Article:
Sandsfoot Gardens form the grounds around the ruins of Sandsfoot Castle.
Enjoying some of the most spectacular views across Portland Harbour, these small but beautiful gardens are made up of seasonal flowers, herb beds and herbaceous borders, which surround an ornamental pond in the centre of the grounds. The Castle dates back to 1539 and was built during the reign of Henry VIII to prevent an invasion from the French. It suffered early erosion and was abandoned for military use in 1665.
These tranquil gardens are located just off the Rodwell Trail, on Old Castle Road, Wyke Regis and anyone walking the Trail would be well advised to pop into the gardens to admire the ruins and its magnificent backdrop looking out towards Portland and the Chesil Beach.
The castle is open all year round and is free to enter. Children should not be left unsupervised.
AWARD WINNING GARDENS
Sandsfoot Gardens has been recognised as one of the best green spaces in the country by being awarded Green Flag status based on how safe, clean, accessible, well managed and welcoming they are. The Green Flag Award scheme is the national standard for parks and green spaces across England and Wales. The award recognises the value of green spaces in communities and is held by the best parks and gardens in the UK.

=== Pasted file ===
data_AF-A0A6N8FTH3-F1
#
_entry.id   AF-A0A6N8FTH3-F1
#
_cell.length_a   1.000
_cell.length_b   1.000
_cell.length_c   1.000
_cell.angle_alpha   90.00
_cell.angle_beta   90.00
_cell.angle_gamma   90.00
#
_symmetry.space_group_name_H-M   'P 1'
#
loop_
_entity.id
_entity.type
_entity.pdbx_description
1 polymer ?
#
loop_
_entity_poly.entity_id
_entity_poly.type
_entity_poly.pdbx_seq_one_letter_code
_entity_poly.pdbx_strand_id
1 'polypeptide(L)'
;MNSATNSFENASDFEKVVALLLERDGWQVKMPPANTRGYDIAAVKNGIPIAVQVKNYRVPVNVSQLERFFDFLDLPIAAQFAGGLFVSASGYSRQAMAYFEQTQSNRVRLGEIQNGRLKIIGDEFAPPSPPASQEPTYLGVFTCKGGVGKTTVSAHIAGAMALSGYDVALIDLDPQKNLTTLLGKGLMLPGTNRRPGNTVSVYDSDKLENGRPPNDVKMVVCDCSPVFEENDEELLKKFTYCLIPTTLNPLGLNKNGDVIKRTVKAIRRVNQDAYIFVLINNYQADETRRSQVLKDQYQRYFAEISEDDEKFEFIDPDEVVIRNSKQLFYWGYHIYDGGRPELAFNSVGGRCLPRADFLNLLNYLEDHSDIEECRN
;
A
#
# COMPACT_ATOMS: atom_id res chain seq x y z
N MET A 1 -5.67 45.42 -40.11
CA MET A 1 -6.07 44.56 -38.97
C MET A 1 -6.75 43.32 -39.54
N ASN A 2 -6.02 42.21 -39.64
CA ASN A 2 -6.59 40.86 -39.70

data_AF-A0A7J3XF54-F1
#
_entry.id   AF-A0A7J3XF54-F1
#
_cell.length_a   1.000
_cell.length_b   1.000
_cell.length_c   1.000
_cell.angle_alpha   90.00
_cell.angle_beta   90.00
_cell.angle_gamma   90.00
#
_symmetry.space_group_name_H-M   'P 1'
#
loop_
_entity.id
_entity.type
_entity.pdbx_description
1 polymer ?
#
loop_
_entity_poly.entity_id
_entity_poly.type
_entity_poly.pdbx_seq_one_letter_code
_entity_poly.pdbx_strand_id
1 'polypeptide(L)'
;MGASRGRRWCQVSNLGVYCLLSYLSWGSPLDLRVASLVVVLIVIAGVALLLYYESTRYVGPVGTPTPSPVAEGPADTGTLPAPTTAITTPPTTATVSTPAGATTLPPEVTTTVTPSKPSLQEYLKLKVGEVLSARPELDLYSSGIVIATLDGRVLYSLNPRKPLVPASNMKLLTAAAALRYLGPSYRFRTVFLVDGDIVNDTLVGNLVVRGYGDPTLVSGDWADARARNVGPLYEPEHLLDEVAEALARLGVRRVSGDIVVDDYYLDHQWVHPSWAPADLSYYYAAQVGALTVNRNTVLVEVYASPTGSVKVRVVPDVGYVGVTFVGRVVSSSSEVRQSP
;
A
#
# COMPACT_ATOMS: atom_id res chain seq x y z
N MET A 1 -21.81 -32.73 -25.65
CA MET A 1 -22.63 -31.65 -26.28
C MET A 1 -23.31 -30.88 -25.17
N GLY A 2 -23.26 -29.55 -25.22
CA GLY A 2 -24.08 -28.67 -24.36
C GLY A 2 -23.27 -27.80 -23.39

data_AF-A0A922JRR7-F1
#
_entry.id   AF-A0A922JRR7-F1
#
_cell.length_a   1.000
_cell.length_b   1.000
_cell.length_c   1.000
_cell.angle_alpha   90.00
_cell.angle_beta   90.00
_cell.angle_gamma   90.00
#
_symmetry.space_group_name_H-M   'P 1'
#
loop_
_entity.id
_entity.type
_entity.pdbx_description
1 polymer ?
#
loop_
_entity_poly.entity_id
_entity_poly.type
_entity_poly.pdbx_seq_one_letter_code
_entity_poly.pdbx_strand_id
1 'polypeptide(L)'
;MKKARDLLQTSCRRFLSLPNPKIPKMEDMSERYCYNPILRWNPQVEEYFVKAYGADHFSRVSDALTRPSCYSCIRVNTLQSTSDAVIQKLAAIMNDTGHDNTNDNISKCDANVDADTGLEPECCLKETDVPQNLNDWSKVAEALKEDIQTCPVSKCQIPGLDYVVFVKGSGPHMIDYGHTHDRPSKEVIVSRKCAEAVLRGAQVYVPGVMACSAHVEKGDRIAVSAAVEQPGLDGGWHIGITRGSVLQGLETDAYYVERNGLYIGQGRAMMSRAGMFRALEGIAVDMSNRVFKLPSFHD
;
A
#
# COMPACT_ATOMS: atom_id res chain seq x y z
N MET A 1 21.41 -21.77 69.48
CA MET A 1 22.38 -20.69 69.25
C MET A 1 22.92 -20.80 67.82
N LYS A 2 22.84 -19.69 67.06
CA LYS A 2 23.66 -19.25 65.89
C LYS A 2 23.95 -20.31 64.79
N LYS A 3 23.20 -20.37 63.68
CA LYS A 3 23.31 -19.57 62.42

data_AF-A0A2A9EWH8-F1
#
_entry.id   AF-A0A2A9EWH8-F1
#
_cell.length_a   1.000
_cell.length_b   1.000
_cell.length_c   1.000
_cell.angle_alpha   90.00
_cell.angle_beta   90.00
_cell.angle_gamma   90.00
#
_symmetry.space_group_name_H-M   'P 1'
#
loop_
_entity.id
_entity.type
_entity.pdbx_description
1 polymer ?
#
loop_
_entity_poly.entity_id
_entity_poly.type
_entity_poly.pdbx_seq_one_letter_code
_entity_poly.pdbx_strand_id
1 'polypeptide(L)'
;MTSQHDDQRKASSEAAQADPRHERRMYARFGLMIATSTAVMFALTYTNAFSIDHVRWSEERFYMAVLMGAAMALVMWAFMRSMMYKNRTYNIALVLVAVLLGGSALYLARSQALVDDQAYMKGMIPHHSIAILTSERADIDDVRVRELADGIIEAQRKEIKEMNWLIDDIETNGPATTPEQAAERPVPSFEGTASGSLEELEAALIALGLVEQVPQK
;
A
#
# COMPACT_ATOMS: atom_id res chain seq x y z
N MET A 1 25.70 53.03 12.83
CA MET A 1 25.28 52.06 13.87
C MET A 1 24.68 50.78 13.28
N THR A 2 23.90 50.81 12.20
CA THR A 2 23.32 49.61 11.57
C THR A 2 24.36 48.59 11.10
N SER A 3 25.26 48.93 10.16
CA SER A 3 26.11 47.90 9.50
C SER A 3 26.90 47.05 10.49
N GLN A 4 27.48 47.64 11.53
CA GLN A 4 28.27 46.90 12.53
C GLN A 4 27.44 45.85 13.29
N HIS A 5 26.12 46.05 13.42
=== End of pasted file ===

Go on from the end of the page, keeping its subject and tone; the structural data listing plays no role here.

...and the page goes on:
A new cafe at the entrance of the gardens opened in the summer of 2006. A terraced area set out with tables and chairs is available to customers. For more information and frequent updates, visit the Facebook page:
Sandsfoot Cafe Facebook
The cafe provides toilet facilities to visitors.
Partly wheelchair accessible.
To find out more about the award, please go to the Green Flag website
RUINS OF HENRY VIII’S TUDOR CASTLE
By 1541 Sandsfoot Castle was complete. It was built rapidly by order of Henry VIII, along with Portland Castle, to defend this part of England’s coast against attack by the French and Spanish.
The sea and the weather have been the most effective enemies in wreaking damage on the castle. By the end of the 17th century it was becoming a ruin, its proud gun floors fallen into the sea as the cliffs below crumbled under wave and tide.
Since then, much facing stone has been removed and used in other structures, including the foundations of Weymouth’s Town Bridge, which still stands. The final insult for this unique fort came by 1930 when it was declared unsafe and closed to the public.
In 2012 Weymouth & Portland Borough Council, with the help of the Heritage Lottery Fund and the Friends of Rodwell Trail & Sandsfoot Castle, re-opened the castle to the public.